Some retailers have been struggling in Alberta over the past couple of years, with low oil prices affecting the economy. Things will hopefully improve in 2017 with increasing oil prices and a recent pipeline announcement. Quebec’s La Maison Simons will open a multi-level store in downtown Calgary this year, and Edmonton’s Londonderry Shopping Centre will also complete a mall overhaul that will create one of the country’s most attractive centres, also anchored by Simons. Downtown Edmonton’s Edmonton City Centre continues to renovate and add retailers, as the downtown core is seeing a renaissance led by the adjacent Rogers Place-anchored ‘Ice District’. Fire-devastated Fort McMurray is expected to see an economic surge as it rebuilds and oil prices (hopefully) continue to move upwards, with increased exploration potential from oil companies such as Suncor Energy.
Canadians are increasingly shopping online, though not as much as some had expected. Nevertheless, the country will see new e-commerce operations emerge, as well as enhanced websites for retailers such as Holt Renfrew, and innovative e-commerce fulfillment solutions from Hudson’s Bay. Digital disruption will continue into 2017 onwards, as growth in online sales continues to outpace brick-and-mortar.
HRC Retail Advisory President Farla Efros says that e-commerce will continue to see growth in Canada, as it is still relatively underdeveloped compared to that in the United States. Amazon will continue to dominate by continuing to expand into more categories, according to Ms. Efros.
Kyle Tomlin, Senior Director of Education and Events at Retail Council of Canada, discussed how retailers are now understanding the true impacts of omni-channel commerce within their day to day operations. He noted that most Canadian retailers are still working quickly to improve their supply chain logistics by enhancing teams and upgrading systems.
“A growing trend within Canadian retail in 2017 is the continued focus on and improvement of ‘The Last Mile’. The best retailers will provide the widest choice, fastest service, and most convenience within their fulfillment models. Whether it’s click and collect, click and deliver, ultra-fast premium delivery, reserve in store, or bricks & mortar check-out, retailers who offer the highest level of cross-channel convenience will continue to gain market share. Unfortunately, this could lead to some additional volatility in 2017, as retailers who are unable to evolve & improve their Phigital experience & fulfillment promises will continue to find a tough road ahead,” said Mr. Tomlin.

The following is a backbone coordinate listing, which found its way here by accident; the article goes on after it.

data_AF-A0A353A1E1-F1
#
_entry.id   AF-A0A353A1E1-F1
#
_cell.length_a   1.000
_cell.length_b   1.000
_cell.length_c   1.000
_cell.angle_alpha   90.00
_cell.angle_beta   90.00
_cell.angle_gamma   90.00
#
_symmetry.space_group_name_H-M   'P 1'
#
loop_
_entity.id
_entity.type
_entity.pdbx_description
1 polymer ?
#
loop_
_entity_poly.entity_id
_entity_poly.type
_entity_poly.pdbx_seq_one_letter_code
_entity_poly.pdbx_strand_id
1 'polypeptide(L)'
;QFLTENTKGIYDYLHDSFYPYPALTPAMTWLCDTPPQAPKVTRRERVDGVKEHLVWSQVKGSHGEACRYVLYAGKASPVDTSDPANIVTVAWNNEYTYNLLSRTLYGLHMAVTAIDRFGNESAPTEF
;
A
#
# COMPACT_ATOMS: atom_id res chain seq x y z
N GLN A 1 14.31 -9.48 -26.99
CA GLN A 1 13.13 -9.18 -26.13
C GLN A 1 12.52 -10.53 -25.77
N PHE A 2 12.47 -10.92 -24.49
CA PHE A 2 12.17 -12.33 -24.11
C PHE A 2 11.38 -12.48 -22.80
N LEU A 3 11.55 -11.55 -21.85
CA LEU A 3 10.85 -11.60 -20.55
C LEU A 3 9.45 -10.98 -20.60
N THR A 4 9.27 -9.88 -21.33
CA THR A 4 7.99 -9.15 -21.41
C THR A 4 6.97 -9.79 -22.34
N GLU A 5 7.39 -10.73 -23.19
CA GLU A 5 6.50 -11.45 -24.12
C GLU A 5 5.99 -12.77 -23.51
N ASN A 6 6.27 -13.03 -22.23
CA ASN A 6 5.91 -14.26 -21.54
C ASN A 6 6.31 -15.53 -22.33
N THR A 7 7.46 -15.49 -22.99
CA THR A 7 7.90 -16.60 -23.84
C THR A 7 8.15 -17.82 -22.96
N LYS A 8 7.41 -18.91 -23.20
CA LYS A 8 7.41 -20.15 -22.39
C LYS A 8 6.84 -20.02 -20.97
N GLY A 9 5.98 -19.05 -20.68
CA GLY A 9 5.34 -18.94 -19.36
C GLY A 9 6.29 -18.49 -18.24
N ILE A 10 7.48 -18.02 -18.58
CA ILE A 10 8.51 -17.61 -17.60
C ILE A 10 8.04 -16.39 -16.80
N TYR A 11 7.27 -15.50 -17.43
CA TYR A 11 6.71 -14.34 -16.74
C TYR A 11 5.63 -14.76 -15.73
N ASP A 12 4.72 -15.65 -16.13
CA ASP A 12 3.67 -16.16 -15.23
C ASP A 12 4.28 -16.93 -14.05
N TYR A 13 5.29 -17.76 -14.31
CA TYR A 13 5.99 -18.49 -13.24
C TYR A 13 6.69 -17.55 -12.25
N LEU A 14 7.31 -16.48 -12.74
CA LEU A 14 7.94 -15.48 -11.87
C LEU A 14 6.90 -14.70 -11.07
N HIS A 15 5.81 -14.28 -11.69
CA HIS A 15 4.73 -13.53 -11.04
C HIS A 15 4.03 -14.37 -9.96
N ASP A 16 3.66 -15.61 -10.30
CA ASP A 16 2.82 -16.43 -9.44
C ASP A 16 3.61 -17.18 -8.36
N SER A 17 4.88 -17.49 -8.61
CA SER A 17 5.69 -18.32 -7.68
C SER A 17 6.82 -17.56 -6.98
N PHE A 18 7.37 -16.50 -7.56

While there will be plenty of retail expansion for Canada in 2017, there will also be some store closures. HRC Retail Advisory’s Ms. Efros says that she expects more retailers to close their doors, while others that are less competitive will see reduced sales that could see eventual closures in the years to come. She noted teen/tween focused retailers and some department store retailers are particularly at risk. For the purposes of this article, we will hold off naming specific retailers that some are predicting should shutter their Canadian operations in 2017, though American Apparel is an obvious guess as it continues to liquidate its Canadian stores.
Looking Ahead Towards 2018
2017 will also see preparations for a luxury retail-filled 2018, which will again see major luxury department stores open in this country. So far, Saks Fifth Avenue has confirmed that in early 2018, it will open two stores — a 115,000 square foot location at Calgary’s CF Chinook Centre, and a 200,000 square foot flagship contained within the downtown Montreal Hudson’s Bay building. In Montreal as well, a 220,000 square foot merged Ogilvy/Holt Renfrew is expected to open in 2018, set to fiercely compete with Saks, Harry Rosen and Simons for the city’s limited luxury dollars. Carbonleo, the same developer building the new Ogilvy/Holt’s, is also expected to break ground on a massive $1.7 billion mega-mall in Montreal in early 2018, to be completed in 2021.
We’ll be reporting on these topics in greater detail throughout 2017, as well as forecasting into 2018 and onwards. Although growth may be slower for some retailers doing business in Canada, it will nonetheless be an exciting year for retail in Canada, and we’ll do our best to report on it. If you have any information on retail expansion that we should be reporting on, feel free to contact Craig Patterson at firstname.lastname@example.org.